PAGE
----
}
            constraintMapping
        }
    }

    private fun <R: ConstraintRule<out Any>> toConstraintDef(rule: R): ConstraintDef<*, *> {
        if(constraints.containsKey(rule::class)) {
            val translator = constraints[rule::class] as ConstraintRuleTranslator<R>
            return translator.translate(rule)
        } else {
            if (rule is StringNotBlank) {
                return ConstraintRuleTranslator<StringNotBlank>({ NotBlankDef() }).translate(rule)
            } else if (rule is StringSize) {
                return ConstraintRuleTranslator<StringSize>({ SizeDef().min(it.min).max(it.max) }).translate(rule)
            } else {
                throw IllegalStateException()
            }
        }
    }

    fun createValidator(): Validator {
        val constraintMapping = toConstraintMapping(spec)
        val config = Validation.byProvider(HibernateValidator::class.java).configure()
        config.addMapping(constraintMapping)
        val factory = config.buildValidatorFactory()
        return factory.validator
    }
}

The translator could use some serious refactoring love, With this translator, we can now define a specification, make a Validator out of it and eventually validate an object.

// simple data class
data class DslTest(val sField: String, val iField: Int)

// transform spec into hibernate validator and check a data class instance
fun main(args: Array<String>) {
    val spec = validationSpec {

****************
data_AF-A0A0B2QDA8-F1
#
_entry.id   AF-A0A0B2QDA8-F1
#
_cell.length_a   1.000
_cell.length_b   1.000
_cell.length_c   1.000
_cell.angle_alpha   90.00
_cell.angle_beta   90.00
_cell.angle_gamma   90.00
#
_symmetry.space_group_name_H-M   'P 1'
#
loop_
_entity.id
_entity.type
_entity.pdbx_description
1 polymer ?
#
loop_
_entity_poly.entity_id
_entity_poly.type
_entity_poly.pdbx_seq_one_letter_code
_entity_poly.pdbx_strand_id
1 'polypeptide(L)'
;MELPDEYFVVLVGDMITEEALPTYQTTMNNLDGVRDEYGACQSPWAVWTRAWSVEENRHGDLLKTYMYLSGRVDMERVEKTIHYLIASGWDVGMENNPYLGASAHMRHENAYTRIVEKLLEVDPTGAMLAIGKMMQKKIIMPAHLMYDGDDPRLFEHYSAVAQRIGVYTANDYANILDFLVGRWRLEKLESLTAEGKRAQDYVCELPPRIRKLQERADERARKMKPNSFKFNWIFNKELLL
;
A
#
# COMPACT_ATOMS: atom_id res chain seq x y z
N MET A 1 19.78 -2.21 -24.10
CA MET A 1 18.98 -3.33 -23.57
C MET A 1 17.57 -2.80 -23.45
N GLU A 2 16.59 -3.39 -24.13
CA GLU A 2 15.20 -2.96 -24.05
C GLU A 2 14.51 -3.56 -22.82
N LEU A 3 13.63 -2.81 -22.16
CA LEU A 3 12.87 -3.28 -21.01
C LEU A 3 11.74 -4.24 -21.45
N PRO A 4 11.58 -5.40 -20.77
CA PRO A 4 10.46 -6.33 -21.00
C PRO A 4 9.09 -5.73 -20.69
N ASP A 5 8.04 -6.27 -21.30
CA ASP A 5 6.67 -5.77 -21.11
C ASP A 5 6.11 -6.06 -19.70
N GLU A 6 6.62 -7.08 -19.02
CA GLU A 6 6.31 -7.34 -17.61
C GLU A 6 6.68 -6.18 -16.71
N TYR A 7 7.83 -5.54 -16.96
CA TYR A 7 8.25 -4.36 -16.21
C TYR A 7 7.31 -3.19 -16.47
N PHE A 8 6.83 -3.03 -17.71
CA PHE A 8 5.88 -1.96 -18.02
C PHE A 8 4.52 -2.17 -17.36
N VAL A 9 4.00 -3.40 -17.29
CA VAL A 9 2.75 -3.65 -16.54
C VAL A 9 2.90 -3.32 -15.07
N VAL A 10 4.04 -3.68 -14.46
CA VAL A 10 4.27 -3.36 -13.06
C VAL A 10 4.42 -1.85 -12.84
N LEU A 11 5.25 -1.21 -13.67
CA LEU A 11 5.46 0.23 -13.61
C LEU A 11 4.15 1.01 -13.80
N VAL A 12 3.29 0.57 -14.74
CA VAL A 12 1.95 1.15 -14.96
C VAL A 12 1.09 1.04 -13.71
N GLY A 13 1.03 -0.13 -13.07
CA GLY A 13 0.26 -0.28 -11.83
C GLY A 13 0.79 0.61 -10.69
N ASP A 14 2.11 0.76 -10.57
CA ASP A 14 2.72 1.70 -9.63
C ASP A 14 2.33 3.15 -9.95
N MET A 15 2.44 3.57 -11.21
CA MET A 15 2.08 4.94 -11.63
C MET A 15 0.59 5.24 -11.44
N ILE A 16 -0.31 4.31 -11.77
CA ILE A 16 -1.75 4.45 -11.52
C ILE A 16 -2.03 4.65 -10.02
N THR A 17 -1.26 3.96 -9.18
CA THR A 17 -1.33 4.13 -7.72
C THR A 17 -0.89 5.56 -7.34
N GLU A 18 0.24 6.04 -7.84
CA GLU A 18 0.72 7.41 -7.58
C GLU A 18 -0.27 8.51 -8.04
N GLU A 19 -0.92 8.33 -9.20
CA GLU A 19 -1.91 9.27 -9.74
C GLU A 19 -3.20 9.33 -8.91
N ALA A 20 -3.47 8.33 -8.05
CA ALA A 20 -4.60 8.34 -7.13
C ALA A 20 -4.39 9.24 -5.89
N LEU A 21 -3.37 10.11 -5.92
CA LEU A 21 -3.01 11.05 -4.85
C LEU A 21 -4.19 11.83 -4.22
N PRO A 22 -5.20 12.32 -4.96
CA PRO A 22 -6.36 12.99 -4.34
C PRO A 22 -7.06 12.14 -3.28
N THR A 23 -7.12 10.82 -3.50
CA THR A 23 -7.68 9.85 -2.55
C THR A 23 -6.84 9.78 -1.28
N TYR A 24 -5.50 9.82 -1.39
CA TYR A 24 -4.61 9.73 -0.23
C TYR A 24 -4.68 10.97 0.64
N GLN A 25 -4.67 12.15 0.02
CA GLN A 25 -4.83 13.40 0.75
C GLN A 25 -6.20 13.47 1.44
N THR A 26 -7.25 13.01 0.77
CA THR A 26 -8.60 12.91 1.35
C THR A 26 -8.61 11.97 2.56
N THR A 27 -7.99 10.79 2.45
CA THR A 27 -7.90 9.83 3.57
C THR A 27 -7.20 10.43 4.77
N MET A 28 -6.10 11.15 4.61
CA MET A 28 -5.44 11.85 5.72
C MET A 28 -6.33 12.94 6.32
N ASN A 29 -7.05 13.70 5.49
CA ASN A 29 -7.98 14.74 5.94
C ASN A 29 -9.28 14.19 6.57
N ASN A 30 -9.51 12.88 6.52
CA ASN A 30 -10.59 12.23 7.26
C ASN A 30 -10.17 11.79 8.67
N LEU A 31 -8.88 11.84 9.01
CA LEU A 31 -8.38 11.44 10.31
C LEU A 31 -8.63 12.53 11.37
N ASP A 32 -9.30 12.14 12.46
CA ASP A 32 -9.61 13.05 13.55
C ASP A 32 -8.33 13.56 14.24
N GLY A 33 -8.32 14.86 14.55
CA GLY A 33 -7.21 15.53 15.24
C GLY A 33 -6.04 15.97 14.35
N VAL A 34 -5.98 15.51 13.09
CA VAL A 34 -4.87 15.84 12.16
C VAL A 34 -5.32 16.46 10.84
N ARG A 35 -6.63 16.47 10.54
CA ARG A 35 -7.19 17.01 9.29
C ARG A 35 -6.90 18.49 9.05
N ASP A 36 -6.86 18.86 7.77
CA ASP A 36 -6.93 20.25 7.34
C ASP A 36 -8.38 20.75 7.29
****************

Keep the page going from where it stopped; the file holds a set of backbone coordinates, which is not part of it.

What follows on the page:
constraints<DslTest> {
            field(DslTest::sField) {
                notBlank()
            }
        }
    }
    val validator = HibernateValidatorSpecFactory(spec).createValidator()
    val dslTest = DslTest("", 3)
    val violations = validator.validate(dslTest)
    if(violations.isNotEmpty()) {
        throw ConstraintViolationException(violations)
    }
}

This mechanism is also extensible. For example, I can define new rules and extend the DSL in my own code.

data class IntegerMinimumValue(val value: Int) : ConstraintRule<Int>
fun FieldConstraint<out Any, Int>.min(value: Int) {
    constraintRules.add(IntegerMinimumValue(value))
}

Now say I want to validate using the following spec (baz is an Int field), which contains a min extensions to the rules.

val spec = validationSpec {
    constraints<Foo> {
        field(Foo::bar) {
            notBlank()
            size(min = 5)
        }
        field(Foo::baz) {
            min(3)
        }
    }
}

In order to use the extension, you’ll have to register the new ConstraintRule in the translator.

val hibernateValidatorSpecFactory = HibernateValidatorSpecFactory(spec)
hibernateValidatorSpecFactory.registerCustomConstraint(
        IntegerMinimumValue::class, HibernateValidatorSpecFactory.ConstraintRuleTranslator({ MinDef().value(it.value)})
)

Here I’m using a built-in ConstraintDef from Hibernate Validator, but you can build your own if you want which means creating a new validation annotation, a validator for that annotation and a new ConstraintDef implementation.

While this was an interesting experiment, the code here is nowhere near production ready. But it clearly shows the viability of the underlying ideas. Writing Kotlin DSLs to create datastructures is incredibly powerful and allowed for strongly typed data structures and the enforcement of rules regarding allowed types. If I have the time, I’ll post a working example on Github, providing support for most of the constraints in the standard Bean Validator 2.0 spec.